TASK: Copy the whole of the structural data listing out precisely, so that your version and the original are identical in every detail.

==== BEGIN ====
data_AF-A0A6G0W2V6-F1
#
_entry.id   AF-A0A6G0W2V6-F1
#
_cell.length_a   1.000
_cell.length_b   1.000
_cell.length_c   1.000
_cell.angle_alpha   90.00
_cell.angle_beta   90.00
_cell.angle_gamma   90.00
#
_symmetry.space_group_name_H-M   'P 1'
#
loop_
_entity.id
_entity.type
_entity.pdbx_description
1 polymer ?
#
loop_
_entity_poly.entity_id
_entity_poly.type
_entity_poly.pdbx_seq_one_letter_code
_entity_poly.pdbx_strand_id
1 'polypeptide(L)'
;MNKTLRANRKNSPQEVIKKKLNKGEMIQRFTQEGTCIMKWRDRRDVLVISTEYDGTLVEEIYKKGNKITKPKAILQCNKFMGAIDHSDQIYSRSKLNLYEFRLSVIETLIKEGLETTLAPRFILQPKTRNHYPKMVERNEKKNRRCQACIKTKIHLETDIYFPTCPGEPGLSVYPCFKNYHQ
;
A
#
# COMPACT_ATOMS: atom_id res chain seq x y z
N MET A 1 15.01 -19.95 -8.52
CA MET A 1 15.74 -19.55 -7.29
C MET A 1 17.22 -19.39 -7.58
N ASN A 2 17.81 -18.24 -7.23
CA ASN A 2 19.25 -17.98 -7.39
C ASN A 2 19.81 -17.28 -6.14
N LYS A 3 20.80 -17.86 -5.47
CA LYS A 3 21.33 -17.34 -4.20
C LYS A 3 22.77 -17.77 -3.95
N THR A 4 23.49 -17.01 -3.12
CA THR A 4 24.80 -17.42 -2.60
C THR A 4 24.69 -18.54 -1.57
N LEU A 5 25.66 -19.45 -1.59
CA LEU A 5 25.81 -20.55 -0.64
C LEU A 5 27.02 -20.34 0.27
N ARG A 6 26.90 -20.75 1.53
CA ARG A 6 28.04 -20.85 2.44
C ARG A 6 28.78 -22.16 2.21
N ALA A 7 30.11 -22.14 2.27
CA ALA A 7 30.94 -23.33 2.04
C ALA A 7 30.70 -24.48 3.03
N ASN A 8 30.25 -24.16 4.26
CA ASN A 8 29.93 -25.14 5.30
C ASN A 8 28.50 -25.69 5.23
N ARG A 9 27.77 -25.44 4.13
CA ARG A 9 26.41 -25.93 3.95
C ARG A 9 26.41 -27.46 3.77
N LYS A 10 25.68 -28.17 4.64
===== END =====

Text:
data_AF-A0A6G0W2V6-F1
#
_entry.id   AF-A0A6G0W2V6-F1
#
_cell.length_a   1.000
_cell.length_b   1.000
_cell.length_c   1.000
_cell.angle_alpha   90.00
_cell.angle_beta   90.00
_cell.angle_gamma   90.00
#
_symmetry.space_group_name_H-M   'P 1'
#
loop_
_entity.id
_entity.type
_entity.pdbx_description
1 polymer ?
#
loop_
_entity_poly.entity_id
_entity_poly.type
_entity_poly.pdbx_seq_one_letter_code
_entity_poly.pdbx_strand_id
1 'polypeptide(L)'
;MNKTLRANRKNSPQEVIKKKLNKGEMIQRFTQEGTCIMKWRDRRDVLVISTEYDGTLVEEIYKKGNKITKPKAILQCNKFMGAIDHSDQIYSRSKLNLYEFRLSVIETLIKEGLETTLAPRFILQPKTRNHYPKMVERNEKKNRRCQACIKTKIHLETDIYFPTCPGEPGLSVYPCFKNYHQ
;
A
#
# COMPACT_ATOMS: atom_id res chain seq x y z
N MET A 1 15.01 -19.95 -8.52
CA MET A 1 15.74 -19.55 -7.29
C MET A 1 17.22 -19.39 -7.58
N ASN A 2 17.81 -18.24 -7.23
CA ASN A 2 19.25 -17.98 -7.39
C ASN A 2 19.81 -17.28 -6.14
N LYS A 3 20.80 -17.86 -5.47
CA LYS A 3 21.33 -17.34 -4.20
C LYS A 3 22.77 -17.77 -3.95
N THR A 4 23.49 -17.01 -3.12
CA THR A 4 24.80 -17.42 -2.60
C THR A 4 24.69 -18.54 -1.57
N LEU A 5 25.66 -19.45 -1.59
CA LEU A 5 25.81 -20.55 -0.64
C LEU A 5 27.02 -20.34 0.27
N ARG A 6 26.90 -20.75 1.53
CA ARG A 6 28.04 -20.85 2.44
C ARG A 6 28.78 -22.16 2.21
N ALA A 7 30.11 -22.14 2.27
CA ALA A 7 30.94 -23.33 2.04
C ALA A 7 30.70 -24.48 3.03
N ASN A 8 30.25 -24.16 4.26
CA ASN A 8 29.93 -25.14 5.30
C ASN A 8 28.50 -25.69 5.23
N ARG A 9 27.77 -25.44 4.13
CA ARG A 9 26.41 -25.93 3.95
C ARG A 9 26.41 -27.46 3.77
N LYS A 10 25.68 -28.17 4.64